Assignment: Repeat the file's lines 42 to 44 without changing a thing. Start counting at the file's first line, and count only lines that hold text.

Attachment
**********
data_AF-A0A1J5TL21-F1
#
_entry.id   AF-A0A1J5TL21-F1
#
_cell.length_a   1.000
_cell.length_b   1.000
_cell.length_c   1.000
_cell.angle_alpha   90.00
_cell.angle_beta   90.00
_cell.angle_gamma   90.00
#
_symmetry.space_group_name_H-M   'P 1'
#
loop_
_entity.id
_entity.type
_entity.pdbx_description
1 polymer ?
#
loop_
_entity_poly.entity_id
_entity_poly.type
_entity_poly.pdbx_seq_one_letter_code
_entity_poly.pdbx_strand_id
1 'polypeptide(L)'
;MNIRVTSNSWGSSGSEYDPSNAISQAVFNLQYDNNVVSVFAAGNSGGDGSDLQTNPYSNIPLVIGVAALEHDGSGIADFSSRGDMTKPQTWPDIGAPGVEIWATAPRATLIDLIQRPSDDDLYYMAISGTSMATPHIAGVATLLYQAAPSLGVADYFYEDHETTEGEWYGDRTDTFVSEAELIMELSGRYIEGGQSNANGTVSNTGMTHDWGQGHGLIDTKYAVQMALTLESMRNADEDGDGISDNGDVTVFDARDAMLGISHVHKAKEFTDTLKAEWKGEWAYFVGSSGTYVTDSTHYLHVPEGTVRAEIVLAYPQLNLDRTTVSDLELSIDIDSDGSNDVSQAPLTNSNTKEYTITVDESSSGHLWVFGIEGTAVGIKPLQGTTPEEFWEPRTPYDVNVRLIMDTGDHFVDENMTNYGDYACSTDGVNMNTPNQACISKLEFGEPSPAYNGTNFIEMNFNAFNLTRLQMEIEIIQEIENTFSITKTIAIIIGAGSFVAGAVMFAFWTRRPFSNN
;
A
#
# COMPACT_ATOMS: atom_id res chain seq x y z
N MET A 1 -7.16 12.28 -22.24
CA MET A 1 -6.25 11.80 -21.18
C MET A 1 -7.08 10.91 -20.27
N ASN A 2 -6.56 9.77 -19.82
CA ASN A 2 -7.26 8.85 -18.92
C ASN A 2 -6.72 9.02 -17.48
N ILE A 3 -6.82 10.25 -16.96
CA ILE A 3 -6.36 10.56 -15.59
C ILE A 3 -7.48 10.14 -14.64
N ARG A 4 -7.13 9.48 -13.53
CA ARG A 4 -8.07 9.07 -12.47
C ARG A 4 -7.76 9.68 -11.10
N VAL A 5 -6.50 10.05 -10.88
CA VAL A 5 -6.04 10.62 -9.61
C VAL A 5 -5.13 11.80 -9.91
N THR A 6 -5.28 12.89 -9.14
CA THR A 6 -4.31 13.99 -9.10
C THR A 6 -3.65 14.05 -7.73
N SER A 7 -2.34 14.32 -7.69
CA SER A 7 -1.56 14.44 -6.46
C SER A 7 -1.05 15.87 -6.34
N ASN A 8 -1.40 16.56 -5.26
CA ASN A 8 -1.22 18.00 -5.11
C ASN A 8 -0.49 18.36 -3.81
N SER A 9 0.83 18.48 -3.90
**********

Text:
C ARG A 4 -7.76 9.68 -11.10
N VAL A 5 -6.50 10.05 -10.88
CA VAL A 5 -6.04 10.62 -9.61